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FOR RELEASE:   October 13, 2004
CONTACT:         Dan Gerstein
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Charter School Leadership Council Selects
Veteran Policy Expert Nelson Smith To Lead Organization

Education reform expert tapped to build organization and advance charter movement

WASHINGTON -- The Charter School Leadership Council announced today that it has chosen Nelson Smith, a nationally recognized expert on charter schools and education policy, to become the organization’s first president.

Smith comes to the CSLC, a recently formed national charter school advocacy and educational organization, with a distinguished record of leadership in building a new generation of innovative, high-performing public schools.

Smith’s experience includes senior management positions at the U.S. Department of Education, the D.C. Public Charter School Board, the New York City Partnership, and most recently at New American Schools, where he served as Vice President for Policy and Governance.

“We are thrilled to have Nelson on board to help us build our organization and realize the potential of the charter school movement to extend access to excellent public schools to all American children,” CSLC Chairman Howard Fuller said.

“With his dedication to quality schools, determination to use the charter model to help achieve equal opportunity and social justice, breadth of experience, and depth of policy understanding, Nelson is the perfect choice to give voice to the national charter movement.”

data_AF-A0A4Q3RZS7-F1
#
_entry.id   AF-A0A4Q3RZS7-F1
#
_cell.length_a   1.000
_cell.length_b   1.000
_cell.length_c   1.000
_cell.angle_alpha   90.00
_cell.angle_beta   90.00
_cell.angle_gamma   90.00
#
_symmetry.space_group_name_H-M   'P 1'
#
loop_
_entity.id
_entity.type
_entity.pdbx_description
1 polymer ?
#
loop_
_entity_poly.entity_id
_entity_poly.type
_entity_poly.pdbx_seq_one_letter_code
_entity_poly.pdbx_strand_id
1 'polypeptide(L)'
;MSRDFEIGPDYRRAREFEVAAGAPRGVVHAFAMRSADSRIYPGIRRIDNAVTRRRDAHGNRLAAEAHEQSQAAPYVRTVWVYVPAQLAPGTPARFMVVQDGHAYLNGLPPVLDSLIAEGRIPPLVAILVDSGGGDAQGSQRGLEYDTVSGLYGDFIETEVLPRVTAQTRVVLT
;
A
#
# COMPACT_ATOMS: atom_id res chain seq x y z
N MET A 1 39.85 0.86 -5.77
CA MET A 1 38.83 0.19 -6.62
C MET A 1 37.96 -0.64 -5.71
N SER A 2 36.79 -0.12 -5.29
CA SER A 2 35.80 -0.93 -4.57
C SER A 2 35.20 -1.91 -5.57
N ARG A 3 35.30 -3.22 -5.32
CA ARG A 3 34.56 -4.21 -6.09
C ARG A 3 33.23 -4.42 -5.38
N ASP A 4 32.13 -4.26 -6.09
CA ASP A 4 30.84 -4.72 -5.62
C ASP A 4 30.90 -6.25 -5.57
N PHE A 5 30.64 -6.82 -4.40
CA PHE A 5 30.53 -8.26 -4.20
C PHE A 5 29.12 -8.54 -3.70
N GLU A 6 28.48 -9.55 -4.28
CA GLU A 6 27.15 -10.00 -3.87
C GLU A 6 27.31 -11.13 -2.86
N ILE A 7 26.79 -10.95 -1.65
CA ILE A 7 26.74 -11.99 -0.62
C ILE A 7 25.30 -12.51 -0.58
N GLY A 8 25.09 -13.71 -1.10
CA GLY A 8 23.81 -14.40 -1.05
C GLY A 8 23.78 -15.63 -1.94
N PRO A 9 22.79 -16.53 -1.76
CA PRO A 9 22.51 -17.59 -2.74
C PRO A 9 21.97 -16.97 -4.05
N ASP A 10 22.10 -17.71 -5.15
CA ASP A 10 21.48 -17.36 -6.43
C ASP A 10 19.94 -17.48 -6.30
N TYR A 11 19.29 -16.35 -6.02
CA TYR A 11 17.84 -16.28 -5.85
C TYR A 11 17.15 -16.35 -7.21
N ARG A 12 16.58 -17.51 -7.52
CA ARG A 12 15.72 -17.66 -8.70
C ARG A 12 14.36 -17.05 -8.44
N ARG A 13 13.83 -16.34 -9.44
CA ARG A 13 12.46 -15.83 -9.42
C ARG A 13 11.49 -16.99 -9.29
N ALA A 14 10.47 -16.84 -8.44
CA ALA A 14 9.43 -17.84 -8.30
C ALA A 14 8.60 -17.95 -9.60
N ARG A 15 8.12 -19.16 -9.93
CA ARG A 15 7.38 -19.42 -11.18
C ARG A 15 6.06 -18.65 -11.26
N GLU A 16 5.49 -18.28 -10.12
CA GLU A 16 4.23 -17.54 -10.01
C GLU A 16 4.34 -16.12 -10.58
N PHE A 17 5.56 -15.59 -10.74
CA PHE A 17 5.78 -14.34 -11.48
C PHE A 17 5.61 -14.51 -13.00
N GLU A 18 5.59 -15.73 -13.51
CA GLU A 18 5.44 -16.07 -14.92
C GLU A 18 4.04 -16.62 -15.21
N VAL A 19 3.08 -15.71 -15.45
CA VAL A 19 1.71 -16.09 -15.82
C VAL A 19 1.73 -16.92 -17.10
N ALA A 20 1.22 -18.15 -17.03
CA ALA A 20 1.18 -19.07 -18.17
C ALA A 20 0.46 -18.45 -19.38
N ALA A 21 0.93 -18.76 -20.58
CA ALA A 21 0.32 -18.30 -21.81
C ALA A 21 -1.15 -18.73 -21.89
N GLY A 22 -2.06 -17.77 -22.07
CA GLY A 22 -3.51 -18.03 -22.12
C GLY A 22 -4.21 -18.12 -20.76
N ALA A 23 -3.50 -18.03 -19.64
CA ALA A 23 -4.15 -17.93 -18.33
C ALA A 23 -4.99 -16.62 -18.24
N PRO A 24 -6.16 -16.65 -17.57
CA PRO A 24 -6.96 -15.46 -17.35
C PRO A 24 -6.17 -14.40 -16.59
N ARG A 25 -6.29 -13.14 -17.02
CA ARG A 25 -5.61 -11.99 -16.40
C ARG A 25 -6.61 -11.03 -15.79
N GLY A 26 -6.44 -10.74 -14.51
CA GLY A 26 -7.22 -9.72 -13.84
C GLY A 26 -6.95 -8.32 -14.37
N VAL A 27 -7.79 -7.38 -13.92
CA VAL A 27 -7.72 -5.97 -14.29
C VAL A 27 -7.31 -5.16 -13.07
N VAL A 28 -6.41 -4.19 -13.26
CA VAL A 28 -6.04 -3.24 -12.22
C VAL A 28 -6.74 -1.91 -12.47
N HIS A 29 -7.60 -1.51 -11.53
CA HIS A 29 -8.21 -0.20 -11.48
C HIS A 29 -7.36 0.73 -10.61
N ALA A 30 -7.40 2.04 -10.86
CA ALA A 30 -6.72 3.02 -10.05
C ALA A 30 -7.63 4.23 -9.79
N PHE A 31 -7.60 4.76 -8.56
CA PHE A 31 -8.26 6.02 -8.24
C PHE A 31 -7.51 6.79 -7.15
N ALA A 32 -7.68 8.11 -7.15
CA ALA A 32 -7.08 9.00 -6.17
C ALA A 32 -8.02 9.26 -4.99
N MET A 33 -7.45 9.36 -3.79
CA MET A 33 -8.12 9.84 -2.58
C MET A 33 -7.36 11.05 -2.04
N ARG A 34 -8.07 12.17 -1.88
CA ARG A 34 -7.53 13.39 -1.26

At New American Schools, a national nonprofit that promotes systemic education reform, Smith provided policy guidance to the organization and advised clients on the management and governance of public charter schools and their role in catalyzing reform in traditional systems.

Prior to joining NAS, Smith was the first Executive Director of the District of Columbia Public Charter School Board. From 1985 to 1992, he served in the Unites States Department of Education, where he oversaw numerous programs devoted to using educational research to promote school improvement.

In 2002, he was appointed by Education Secretary Rod Paige as one of 21 negotiators who developed federal regulations for the No Child Left Behind Act. He has since written numerous papers on the impact of NCLB on the charter sector, and served as chair of the Federal Policy strand of the Department of Education’s 2004 National Charter Schools Conference.

Before coming to Washington, Smith, 53, was Vice President for Education and Workforce Development at the New York City Partnership where he developed school-leadership and school-to-work programs and organized a business-led study of the governance of New York City’s 1-million student public school system.

“I am honored to have this opportunity to help lead the charter movement,” said Smith, a Georgetown University graduate and resident of the District. “Millions of American children have an urgent need for new and better options in public education. The Charter School Leadership Council will be an important force for expanding the ability of the charter movement to meet that need with quality and accountability.”

The mission of the CSLC is to advance America’s charter school movement by providing leadership on national and state policy, promoting best practices among charter schools, authorizers, and policymakers, and supporting and coordinating the activities of state associations, resource centers, and other organizations active in the charter movement.

As President, Smith will be responsible for developing and overseeing the organization’s start-up and initial agenda of activities as well as providing day-to-day management and long-term leadership for the organization.

Among the highest priorities for CSLC are increasing public understanding and support for charter schools; developing, disseminating, and advocating for charter-friendly policies at the state and federal level; expanding outreach to established charter organizations, other education reform organizations, and new audiences; identifying key states and communities for focused activity; and working with state associations and resource centers to improve political and policy environments.